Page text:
All three U of T campuses united for a rally in downtown Toronto last Wednesday on the National Day of Action, advocating for free university tuition.

Chants at the rally varied between “Education is a right, we will not give up the fight,” “Tuition fees have got to go,” “Education is under attack, what do we do? Rise up like that,” and several others calling for eliminating tuition fees.

“The last National Day of Action took place in 2012, meaning that the majority of students who were involved at the time have now graduated,” wrote Nour Alideeb, UTMSU’s president, in an email to The Medium. “We wanted to reaffirm the message that students still want a free and accessible post-secondary education.”

Students continued from Sydney Smith toward the Provincial Parliament Building located in Queen’s Park, where Ryerson and York University students also joined, as well as guest speakers who supported the students’ action.

“Our students in Ontario pay the highest tuition in the country. Shame,” said UTM biology professor Linda Kohn at the rally. “Last year, for the first time, tuition fees exceeded public operations for Ontario. […] Our universities are meant to be public and supported by public funding.”

“The tuition fees of the university of Toronto are unhinged, they’re out of control, they’re rapidly rising, and they are criminal,” said Ryan Culpepper, chair of CUPE3902 at the rally.

Culpepper also questioned where the student fees are going.

“They’re building five-million-dollar bamboo gardens in the school of medicine. Is that where you want your tuition fees going to? […] We got more managers than workers at this university, and that’s a shame.”

Yusra Khogali from the Black Liberation Collective stated, “U of T is not a place for Black students.”

“Our education is not for sale. It is not profitable. It is not exploitable. Our education is our liberation. It is not a privilege; it is a right,” continued Khogali.

The rally also featured Ahmad Gaieb, an executive vice president of the Ontario Federation of Labour, Rajean Hoilett, a chairperson of the Canadian Federation of Students, organizers from the Black Liberation Collective, and other speakers who supported the cause.

“I do believe that free tuition is an attainable goal,” stated Alideeb in an email to The Medium. “We see countries like Germany and France providing free post-secondary education, so why won’t Canada?”

“It is possible, we just need to pressure our governments to invest in our post-secondary education,” she also said, adding that following years of pressure on the government, low-income students will now receive grants that pay off their tuition.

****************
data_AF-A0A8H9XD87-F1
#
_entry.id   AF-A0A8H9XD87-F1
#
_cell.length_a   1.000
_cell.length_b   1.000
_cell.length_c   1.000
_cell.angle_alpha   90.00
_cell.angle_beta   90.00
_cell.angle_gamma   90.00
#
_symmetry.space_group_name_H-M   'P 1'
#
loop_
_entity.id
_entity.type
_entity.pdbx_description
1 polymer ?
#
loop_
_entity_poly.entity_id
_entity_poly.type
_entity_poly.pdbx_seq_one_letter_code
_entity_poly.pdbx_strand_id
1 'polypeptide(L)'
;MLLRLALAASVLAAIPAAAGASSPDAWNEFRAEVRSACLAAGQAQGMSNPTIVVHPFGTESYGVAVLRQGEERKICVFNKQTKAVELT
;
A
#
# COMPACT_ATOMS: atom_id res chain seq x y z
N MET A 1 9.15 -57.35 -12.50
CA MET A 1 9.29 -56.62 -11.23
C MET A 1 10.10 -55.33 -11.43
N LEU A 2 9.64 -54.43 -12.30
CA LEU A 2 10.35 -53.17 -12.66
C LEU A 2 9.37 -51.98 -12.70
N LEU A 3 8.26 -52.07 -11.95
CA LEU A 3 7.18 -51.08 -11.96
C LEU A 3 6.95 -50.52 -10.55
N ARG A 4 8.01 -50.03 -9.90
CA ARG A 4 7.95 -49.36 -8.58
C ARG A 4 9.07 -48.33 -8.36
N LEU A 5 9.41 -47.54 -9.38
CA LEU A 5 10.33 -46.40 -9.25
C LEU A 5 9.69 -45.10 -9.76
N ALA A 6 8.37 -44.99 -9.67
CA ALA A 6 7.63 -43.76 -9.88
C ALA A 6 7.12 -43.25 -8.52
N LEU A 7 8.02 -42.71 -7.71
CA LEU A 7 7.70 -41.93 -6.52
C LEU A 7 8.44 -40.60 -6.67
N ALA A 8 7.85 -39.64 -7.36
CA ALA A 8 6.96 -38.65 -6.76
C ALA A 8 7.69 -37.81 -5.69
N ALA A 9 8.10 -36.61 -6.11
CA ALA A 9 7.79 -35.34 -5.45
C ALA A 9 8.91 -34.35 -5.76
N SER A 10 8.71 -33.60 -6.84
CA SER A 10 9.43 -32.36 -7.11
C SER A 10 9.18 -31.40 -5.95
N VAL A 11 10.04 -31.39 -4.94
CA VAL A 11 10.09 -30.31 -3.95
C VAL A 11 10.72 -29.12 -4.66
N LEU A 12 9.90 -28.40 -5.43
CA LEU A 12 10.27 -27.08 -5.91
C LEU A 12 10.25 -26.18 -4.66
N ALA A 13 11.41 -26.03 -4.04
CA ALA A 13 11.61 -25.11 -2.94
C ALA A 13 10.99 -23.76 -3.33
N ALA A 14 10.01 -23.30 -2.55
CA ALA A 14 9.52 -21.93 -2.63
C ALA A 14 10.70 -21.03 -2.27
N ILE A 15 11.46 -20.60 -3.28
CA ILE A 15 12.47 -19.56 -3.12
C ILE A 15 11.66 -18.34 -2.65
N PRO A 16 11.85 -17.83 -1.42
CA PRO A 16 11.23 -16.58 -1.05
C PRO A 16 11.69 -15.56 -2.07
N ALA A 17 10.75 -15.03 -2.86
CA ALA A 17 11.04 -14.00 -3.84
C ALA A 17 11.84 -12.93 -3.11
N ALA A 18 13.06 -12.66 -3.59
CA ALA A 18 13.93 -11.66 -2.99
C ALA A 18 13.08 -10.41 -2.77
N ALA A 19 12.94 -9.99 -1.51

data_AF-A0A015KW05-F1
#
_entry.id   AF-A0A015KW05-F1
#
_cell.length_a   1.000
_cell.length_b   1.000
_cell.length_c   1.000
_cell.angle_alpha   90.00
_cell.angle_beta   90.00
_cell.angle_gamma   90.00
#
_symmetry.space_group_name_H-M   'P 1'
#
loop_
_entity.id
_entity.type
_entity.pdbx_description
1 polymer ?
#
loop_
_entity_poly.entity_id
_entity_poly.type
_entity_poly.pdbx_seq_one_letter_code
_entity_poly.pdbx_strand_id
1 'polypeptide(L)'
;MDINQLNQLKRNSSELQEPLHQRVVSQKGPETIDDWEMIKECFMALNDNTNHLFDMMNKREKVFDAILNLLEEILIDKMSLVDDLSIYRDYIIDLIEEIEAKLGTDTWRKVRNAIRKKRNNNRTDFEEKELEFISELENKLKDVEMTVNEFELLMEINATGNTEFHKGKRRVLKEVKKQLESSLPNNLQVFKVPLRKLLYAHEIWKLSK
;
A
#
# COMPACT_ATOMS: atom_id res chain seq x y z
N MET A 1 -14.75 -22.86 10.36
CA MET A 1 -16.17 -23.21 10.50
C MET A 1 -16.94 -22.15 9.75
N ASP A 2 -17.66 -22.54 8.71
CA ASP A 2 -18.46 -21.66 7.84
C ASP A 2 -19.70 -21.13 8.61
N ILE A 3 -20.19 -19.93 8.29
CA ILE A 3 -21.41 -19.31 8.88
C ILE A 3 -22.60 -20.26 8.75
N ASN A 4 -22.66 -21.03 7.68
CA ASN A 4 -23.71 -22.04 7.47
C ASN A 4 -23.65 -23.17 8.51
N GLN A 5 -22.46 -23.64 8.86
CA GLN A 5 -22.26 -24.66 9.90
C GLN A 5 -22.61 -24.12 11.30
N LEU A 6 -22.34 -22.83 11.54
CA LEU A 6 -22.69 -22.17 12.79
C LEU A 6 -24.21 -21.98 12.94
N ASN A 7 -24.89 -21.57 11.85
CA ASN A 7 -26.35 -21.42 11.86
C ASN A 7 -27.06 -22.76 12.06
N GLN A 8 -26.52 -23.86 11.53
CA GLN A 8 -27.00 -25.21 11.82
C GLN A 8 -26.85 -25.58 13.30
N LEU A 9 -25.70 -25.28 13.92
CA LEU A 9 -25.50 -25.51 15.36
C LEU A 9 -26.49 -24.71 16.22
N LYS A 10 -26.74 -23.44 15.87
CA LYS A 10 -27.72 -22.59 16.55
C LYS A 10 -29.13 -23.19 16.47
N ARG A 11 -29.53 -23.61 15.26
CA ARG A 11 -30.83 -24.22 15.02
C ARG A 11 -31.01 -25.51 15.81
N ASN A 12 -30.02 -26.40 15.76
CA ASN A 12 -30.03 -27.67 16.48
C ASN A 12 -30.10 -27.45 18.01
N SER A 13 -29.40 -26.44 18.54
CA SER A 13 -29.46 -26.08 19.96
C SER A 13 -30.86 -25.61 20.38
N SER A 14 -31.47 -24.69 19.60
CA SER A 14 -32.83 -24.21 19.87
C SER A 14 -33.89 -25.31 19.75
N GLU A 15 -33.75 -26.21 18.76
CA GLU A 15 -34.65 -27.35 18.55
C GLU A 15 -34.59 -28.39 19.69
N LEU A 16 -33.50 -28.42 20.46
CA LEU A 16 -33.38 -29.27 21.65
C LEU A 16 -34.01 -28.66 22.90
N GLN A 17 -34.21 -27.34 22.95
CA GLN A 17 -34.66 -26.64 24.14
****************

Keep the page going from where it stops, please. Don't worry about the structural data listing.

Also in an email to The Medium, UTSU’s president Jasmine Wong-Denike stated that the union’s current focus is on the “threat” of the expiration of tuition increase caps after 2016-2017 academic year.

“UTSU have personally met with the office of the premier, as well as minister Deb Matthews and her office,” said Wong-Denike.

“The CFS, in effect, is arguing for free tuition for higher-income students—and I’ve got to say, that’s not where my priority would be,” said Matthews in an interview with The Medium.

“I’m really looking to increase the participation rate for those who are less likely to go on, so whether it’s Indigenous kids, students from lower-income families, people who want to return to get an education maybe a little later in life, like I did. I really want to take down those financial barriers to support people to achieve their potential,” Matthews added.

Currently, Ontario’s tuition cannot be raised beyond three percent, according to Alideeb. She explained that Canada’s provincial government will be discussing the tuition cap framework.

“After December, that cap can potentially be eliminated like it was in Nova Scotia,” she said. “Our friends in Nova Scotia saw increases of 30 percent after their tuition caps were eliminated.”

“We want to ensure that our provincial government knows that students in Ontario are expecting free education, and nothing less than that.”

While the administration has yet to respond to the rally, Alideeb says that the student union will continue to pressure the Campus and Governing Councils to freeze parking and tuition fees.

The rally featured speakers from UTM faculty, CFS, and the Black Liberation Collective.
The rally featured speakers from UTM faculty, CFS, and the Black Liberation Collective.

Students were granted academic amnesty on the day of the rally, which meant that they could be excused from attending their classes without being penalized. AccessAbility was also present at the rally, as there were people translating the chants into signs.

Buses were also provided by UTMSU and the Scarborough Campus Student Union from their respective campuses to the place of the rally.

According to Bilan Arte, CFS’ national chairperson, thousands of students took action at 58 campuses in 36 cities across every province last Wednesday.

“We believe that education is a right,” said Arte. “After too many years of fighting against cuts, members of the Canadian Federation of Students are pursuing the only goal that will address the crisis in post-secondary education in Canada, free education.”

Arte also stated that this Day of Action took place in communities as large as Toronto and Vancouver, and small communities like that of Church Point, Nova Scotia, and Gander, Newfoundland.

“Statements of support were made in the chambers of four governments in this country,” she said. “Students’ work is having an impact. Together we will win.”

Other events were hosted throughout the week as part of a Week of Action hosted by UTSU. One such event was a town hall meeting to discuss tuition fees, tuition caps, and the benefits of OSAP. Other events included a discussion on climate change, an art and painting distressing workshop, and a Social Justice and Equity commission.

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